“Enabling this full array of services both medical and behavioral health to be done remotely or through phone or video is an important way for us to take pressure off emergency rooms or hospitals while allowing Ohioans to be able to receive good quality care,” Ohio Department of Medicaid Director Maureen Corcoran said at a press conference earlier this month.
The Community Health Centers’ prior efforts to embrace telehealth fell flat because online check-ups weren’t reimbursed in the same way that in-person ones were, Roetker said. Now, thanks to state efforts with regard to telemedicine, doctors can video conference and call with patients without worrying about a lack of reimbursements.
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Dayton-based CareSource has long insured telehealth, Jonas Thom, its vice president of Behavior Health, said. Thom emphasized the importance of staying connected to physicians, therapists, and other kinds of providers during the pandemic.
“It may be a silver lining, in this response to a pandemic, that we all become a little more comfortable at using remote services and access to care,” Thom said. “To not just get direct clinical care, but to augment and supplement our direct medical care with these other tools and resources that are available.”
With the changes, however, come challenges. Some patients might be resistant to moving their private check ups onto video calls, and others might not have broadband at home.
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Thom and Roetker both acknowledged the challenges surrounding a sudden move to telehealth. Like professors at universities suddenly conducting classes online, doctors and patients alike are having to adapt to a new kind of appointment.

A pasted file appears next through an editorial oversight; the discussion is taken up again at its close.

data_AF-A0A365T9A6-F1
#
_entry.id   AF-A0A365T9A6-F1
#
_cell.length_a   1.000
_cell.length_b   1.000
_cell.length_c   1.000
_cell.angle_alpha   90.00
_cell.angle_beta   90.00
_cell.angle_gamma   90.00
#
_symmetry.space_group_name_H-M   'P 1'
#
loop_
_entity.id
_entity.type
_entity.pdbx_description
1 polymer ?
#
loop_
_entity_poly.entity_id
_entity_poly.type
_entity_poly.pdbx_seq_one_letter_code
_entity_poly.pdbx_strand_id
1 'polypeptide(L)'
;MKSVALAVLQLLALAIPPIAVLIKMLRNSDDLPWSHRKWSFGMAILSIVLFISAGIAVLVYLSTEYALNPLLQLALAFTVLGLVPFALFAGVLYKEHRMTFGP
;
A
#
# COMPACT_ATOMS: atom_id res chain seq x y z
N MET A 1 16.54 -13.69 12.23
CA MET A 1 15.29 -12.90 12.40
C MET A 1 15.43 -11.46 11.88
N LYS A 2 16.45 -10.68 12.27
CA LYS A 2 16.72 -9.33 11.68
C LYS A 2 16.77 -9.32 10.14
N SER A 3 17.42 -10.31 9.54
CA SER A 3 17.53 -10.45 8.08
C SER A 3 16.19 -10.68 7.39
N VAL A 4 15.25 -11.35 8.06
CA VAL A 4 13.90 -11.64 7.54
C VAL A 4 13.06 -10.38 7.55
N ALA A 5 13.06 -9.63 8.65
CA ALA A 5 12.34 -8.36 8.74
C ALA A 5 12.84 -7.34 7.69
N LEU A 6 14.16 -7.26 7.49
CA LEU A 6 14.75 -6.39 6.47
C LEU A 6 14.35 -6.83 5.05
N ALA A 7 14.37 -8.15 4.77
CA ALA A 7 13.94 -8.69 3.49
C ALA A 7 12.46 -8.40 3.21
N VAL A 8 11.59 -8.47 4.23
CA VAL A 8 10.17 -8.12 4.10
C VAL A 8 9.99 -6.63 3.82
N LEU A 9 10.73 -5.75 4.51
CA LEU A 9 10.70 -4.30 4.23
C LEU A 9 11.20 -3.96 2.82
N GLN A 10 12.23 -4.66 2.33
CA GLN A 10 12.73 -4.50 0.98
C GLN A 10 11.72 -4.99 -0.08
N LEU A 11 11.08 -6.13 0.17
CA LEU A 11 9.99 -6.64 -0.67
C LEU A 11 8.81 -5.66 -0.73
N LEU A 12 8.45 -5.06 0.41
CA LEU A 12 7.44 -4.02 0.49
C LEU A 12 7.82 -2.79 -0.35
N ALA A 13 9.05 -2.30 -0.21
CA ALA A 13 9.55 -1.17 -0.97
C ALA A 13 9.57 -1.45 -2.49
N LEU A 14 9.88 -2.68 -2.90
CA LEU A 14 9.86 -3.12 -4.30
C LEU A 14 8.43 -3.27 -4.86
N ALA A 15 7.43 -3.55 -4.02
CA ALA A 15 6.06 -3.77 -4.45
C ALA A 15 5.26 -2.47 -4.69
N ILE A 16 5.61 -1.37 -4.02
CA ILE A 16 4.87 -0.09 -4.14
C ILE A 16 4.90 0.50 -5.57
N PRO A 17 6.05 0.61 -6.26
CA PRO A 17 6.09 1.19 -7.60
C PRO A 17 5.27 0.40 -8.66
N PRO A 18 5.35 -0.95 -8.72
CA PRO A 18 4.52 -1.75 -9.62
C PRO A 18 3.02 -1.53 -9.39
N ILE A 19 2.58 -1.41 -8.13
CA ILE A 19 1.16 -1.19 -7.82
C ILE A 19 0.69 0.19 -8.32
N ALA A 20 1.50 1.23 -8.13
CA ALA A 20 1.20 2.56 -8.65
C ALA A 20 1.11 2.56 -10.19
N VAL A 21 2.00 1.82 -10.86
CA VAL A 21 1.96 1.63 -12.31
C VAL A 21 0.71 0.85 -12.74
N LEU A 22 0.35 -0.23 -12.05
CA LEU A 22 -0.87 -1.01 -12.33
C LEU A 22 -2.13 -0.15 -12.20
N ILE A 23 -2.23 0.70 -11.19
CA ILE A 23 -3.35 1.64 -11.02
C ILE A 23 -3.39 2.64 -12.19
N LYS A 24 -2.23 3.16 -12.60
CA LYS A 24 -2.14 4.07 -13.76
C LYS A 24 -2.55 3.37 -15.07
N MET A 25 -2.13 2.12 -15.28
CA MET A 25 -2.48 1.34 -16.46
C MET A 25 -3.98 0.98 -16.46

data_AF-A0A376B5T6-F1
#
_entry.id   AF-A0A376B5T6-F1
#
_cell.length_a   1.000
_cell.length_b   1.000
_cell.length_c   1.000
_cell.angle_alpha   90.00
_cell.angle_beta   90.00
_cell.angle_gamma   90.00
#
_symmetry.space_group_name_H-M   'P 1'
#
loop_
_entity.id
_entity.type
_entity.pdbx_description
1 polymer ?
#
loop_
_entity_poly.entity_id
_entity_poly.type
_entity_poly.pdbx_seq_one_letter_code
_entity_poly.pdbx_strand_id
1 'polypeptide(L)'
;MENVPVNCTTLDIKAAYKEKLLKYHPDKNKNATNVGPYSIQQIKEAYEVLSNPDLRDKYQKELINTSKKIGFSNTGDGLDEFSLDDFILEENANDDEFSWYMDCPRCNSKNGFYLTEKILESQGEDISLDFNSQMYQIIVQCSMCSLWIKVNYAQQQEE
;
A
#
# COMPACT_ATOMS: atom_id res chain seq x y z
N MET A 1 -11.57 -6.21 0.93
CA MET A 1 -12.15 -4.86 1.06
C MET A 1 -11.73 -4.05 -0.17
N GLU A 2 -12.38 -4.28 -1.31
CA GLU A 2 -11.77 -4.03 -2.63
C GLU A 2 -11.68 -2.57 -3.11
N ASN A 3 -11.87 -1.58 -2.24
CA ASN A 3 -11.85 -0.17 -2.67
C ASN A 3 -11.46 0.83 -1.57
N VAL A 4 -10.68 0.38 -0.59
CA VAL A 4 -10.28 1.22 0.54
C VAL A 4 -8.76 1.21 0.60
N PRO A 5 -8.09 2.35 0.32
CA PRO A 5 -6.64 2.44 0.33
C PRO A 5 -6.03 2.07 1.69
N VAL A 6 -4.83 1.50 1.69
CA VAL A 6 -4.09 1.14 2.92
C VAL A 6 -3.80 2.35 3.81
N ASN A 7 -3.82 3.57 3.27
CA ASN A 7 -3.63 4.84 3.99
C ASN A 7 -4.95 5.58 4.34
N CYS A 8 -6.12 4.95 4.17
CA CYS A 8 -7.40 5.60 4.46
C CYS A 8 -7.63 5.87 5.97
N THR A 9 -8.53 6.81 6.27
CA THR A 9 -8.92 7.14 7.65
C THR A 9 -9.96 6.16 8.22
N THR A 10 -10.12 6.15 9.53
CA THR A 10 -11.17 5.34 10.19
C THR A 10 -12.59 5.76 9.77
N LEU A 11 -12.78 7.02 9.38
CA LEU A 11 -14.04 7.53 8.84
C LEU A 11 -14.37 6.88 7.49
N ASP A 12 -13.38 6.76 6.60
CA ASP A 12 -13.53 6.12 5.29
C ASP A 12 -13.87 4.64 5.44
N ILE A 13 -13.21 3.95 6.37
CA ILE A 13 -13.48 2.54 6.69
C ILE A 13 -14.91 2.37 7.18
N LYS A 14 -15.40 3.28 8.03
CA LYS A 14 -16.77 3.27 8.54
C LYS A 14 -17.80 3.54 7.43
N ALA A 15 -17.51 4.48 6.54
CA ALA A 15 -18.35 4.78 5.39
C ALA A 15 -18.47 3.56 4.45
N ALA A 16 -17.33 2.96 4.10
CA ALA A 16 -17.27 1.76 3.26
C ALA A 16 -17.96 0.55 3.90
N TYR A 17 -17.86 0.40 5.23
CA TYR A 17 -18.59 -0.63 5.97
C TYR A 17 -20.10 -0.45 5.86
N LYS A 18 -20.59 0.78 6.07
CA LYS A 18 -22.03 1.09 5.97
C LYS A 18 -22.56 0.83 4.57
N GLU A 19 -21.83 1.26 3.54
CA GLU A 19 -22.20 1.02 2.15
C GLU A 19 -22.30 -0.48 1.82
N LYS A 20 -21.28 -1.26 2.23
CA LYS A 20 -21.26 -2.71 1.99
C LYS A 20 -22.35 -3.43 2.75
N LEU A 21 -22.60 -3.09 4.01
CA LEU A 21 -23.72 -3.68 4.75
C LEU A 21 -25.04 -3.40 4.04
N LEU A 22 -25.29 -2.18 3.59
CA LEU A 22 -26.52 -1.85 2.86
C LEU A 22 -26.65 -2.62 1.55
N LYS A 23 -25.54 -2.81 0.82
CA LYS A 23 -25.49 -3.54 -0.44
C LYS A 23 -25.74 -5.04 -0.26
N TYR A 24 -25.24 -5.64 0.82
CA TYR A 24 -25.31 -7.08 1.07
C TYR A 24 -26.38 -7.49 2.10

Thom said that the rolled-back regulations allow for conferencing via telephone, which could help those who don’t have access to broadband at home.
“The use of telephone means that folks have the simple communications channels that are available to folks without more sophisticated equipment or access,” he said. “We’ll see if those are utilized in the ways that we hope they are. The broadband divide, or poverty in general, always is a problem in terms of material access”
Some patients, of course, will still need in-person visits. PriMed Physicians, which has locations throughout the Miami Valley, is taking steps to make sure patients are safe during a visit.
Ted Inman, PriMed’s CEO, said that his company’s offices are remaining open to patients although the physicians are also pivoting toward telehealth. PriMed has eliminated its waiting rooms as a precautionary measure. Now, when patients arrive, they’re assessed in their care before they’re allowed to enter.
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If patients are sick, Inman said, they go into the “red” side of PriMed clinics. If they don’t have symptoms, then they’re allowed into the “green” side. Inman said this allows doctors to better control the flow of patients, and ensures that healthy patients aren’t in the same areas as sick ones.
“We’re trying to make it so that they feel like they could come in,” Inman said of patients, adding that PriMed is encouraging high-risk patients, like the elderly, to stay home if they aren’t sick. “You know, there’s some people who shouldn’t come in.”
PriMed plans to use Zoom, a video-conferencing service, until they can set up an integrated, in-house conferencing system. Inman and other experts acknowledged privacy concerns and cybersecurity threats when it comes to videoconferencing.
Thom said that patients worried about cybersecurity should practice “continued good judgment that you would for any valuable information or privacy concerns that you have.”
Ultimately, health experts say that the coronavirus pandemic could lead to an increased use of telehealth across the board.
“It’s been interesting the dynamics of how quickly it’s moved,” Inman said. “This may enable a change in our healthcare system that was slow in coming, that may now come a lot faster because people are maybe going to get used to it and be willing to stretch a little bit.”